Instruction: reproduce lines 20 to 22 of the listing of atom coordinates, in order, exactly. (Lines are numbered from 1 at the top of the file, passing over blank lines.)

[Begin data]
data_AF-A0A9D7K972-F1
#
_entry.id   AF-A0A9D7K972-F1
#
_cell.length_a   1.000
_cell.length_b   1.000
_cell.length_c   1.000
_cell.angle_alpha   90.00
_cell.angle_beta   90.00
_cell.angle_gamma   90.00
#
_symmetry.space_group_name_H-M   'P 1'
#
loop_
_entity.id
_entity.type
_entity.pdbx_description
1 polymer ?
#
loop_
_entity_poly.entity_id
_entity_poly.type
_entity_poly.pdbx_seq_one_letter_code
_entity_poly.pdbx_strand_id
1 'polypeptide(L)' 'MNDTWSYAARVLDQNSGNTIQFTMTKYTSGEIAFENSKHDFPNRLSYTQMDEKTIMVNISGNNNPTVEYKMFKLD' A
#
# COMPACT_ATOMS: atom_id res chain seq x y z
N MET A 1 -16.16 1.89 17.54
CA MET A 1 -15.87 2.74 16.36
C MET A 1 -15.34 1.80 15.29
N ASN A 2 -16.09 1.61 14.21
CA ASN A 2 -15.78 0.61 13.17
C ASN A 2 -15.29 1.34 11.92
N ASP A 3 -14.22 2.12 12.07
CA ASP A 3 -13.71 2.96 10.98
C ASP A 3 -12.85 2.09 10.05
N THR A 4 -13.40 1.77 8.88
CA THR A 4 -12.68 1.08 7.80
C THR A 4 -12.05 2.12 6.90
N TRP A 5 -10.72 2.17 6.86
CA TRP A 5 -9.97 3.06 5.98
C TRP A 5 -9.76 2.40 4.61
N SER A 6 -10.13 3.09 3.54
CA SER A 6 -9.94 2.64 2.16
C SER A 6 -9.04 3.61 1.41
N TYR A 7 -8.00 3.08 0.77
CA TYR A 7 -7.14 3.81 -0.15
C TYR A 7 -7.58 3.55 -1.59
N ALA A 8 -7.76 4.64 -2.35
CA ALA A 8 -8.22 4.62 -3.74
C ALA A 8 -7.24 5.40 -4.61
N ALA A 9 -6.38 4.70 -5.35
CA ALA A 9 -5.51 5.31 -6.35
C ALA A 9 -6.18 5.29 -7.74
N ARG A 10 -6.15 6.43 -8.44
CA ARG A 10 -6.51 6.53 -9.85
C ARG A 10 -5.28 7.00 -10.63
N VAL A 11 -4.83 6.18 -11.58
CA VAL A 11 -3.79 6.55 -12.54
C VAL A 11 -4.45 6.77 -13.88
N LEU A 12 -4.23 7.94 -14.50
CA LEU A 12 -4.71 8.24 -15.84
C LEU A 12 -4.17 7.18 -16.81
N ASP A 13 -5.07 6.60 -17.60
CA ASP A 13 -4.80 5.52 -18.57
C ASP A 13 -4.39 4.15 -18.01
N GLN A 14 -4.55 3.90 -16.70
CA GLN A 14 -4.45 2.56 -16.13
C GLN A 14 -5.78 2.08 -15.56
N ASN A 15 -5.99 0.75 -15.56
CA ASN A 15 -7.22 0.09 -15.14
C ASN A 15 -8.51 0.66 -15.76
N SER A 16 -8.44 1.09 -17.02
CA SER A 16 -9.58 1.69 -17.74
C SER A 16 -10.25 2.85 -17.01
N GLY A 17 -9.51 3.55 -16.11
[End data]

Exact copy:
loop_
_entity_poly.entity_id
_entity_poly.type